Ten Days That Shook the World
Using a chronological narrative of fictional intensity, Reed weaves together the events preceding and during the takeover of the Russian state from the czarist government by leftist political parties, led by the Leninist-dominated Bolshevik party. Tracing the social as well as political antecedents to the events of October, the volume outlines the gradual political collapse of the Russian government, beginning with the Czar’s abdication and culminating in Aleksandr Kerensky’s ineptitude in handling the power thrust upon him to form and hold together a coalition of disparate social and economic groups.
Interspersing accounts of his personal experiences with excerpts from public documents such as newspapers, press releases, speeches, interviews, and broadsides, Reed creates a documentary montage of the chaotic progress of the revolution. Written close enough to the actual events to retain their immediacy, the narrative also does not sacrifice its objectivity. The result is a book of genuine historical insight and value.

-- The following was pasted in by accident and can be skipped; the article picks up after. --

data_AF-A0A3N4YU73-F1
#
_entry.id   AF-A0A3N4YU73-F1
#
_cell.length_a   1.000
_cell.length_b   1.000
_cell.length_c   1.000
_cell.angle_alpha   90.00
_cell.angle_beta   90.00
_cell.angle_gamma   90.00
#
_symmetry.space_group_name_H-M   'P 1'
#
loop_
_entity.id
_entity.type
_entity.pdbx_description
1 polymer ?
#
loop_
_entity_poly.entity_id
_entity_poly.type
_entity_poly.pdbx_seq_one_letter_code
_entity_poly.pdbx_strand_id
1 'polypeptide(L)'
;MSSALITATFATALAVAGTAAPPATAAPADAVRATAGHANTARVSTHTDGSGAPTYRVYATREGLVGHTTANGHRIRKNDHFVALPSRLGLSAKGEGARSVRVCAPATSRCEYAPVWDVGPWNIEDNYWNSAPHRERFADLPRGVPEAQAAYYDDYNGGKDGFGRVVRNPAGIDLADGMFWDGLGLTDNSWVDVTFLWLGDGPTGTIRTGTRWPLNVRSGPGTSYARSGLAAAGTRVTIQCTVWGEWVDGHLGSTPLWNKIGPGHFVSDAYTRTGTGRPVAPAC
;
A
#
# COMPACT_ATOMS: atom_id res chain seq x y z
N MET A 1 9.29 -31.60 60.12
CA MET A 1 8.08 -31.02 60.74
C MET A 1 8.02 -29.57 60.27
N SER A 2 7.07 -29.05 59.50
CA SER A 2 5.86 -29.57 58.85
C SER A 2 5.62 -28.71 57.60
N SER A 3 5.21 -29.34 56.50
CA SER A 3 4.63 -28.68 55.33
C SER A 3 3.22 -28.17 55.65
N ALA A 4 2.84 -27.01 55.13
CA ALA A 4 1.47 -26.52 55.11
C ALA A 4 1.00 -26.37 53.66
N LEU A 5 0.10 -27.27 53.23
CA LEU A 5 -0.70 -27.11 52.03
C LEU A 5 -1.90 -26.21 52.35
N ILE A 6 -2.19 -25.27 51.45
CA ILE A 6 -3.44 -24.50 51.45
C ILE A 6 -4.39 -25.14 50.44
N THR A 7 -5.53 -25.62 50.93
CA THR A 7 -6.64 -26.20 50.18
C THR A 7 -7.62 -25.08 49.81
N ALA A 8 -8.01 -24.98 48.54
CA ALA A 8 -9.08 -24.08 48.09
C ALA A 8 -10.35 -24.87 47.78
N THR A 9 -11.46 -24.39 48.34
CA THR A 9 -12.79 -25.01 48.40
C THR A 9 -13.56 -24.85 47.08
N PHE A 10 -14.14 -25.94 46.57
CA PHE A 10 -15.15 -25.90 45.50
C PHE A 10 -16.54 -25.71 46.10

Although Reed was a socialist himself and an open admirer of both Lenin and Trotsky, his professionalism as a reporter kept this study from becoming an uncritical apologia for the Bolshevik cause. He saw the repressions and excesses of the new government and was later critical of what he perceived as further and unnecessary repression of individual liberties by the Bolshevik party. Nevertheless, Reed was convinced by the justness of the cause to downplay actions which in later accounts would assume a greater significance. In spite of its theme and period, however, the volume holds up remarkably well both as a work of history in the making and as a piece of dramatic personal journalism.